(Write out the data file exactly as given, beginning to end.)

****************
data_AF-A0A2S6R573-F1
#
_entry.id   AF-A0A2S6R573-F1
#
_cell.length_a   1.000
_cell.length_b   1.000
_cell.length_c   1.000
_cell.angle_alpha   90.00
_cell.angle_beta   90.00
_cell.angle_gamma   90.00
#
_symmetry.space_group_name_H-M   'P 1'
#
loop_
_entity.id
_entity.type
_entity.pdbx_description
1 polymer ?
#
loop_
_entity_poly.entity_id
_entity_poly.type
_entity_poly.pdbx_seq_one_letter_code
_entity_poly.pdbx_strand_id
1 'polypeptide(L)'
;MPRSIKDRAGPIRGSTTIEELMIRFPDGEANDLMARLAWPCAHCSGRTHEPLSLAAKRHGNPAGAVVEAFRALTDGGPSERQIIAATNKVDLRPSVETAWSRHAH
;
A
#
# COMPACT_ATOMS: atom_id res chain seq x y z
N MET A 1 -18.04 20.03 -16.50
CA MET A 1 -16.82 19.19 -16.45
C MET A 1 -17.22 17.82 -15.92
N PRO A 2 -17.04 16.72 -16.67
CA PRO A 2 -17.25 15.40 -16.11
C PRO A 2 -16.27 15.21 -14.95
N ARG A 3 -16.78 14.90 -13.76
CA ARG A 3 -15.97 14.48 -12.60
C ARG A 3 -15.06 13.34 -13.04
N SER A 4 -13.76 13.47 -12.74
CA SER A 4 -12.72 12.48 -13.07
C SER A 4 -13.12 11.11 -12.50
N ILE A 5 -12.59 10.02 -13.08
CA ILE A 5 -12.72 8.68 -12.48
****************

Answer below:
data_AF-A0A2S6R573-F1
#
_entry.id   AF-A0A2S6R573-F1
#
_cell.length_a   1.000
_cell.length_b   1.000
_cell.length_c   1.000
_cell.angle_alpha   90.00
_cell.angle_beta   90.00
_cell.angle_gamma   90.00
#
_symmetry.space_group_name_H-M   'P 1'
#
loop_
_entity.id
_entity.type
_entity.pdbx_description
1 polymer ?
#
loop_
_entity_poly.entity_id
_entity_poly.type
_entity_poly.pdbx_seq_one_letter_code
_entity_poly.pdbx_strand_id
1 'polypeptide(L)'
;MPRSIKDRAGPIRGSTTIEELMIRFPDGEANDLMARLAWPCAHCSGRTHEPLSLAAKRHGNPAGAVVEAFRALTDGGPSERQIIAATNKVDLRPSVETAWSRHAH
;
A
#
# COMPACT_ATOMS: atom_id res chain seq x y z
N MET A 1 -18.04 20.03 -16.50
CA MET A 1 -16.82 19.19 -16.45
C MET A 1 -17.22 17.82 -15.92
N PRO A 2 -17.04 16.72 -16.67
CA PRO A 2 -17.25 15.40 -16.11
C PRO A 2 -16.27 15.21 -14.95
N ARG A 3 -16.78 14.90 -13.76
CA ARG A 3 -15.97 14.48 -12.60
C ARG A 3 -15.06 13.34 -13.04
N SER A 4 -13.76 13.47 -12.74
CA SER A 4 -12.72 12.48 -13.07
C SER A 4 -13.12 11.11 -12.50
N ILE A 5 -12.59 10.02 -13.08
CA ILE A 5 -12.72 8.68 -12.48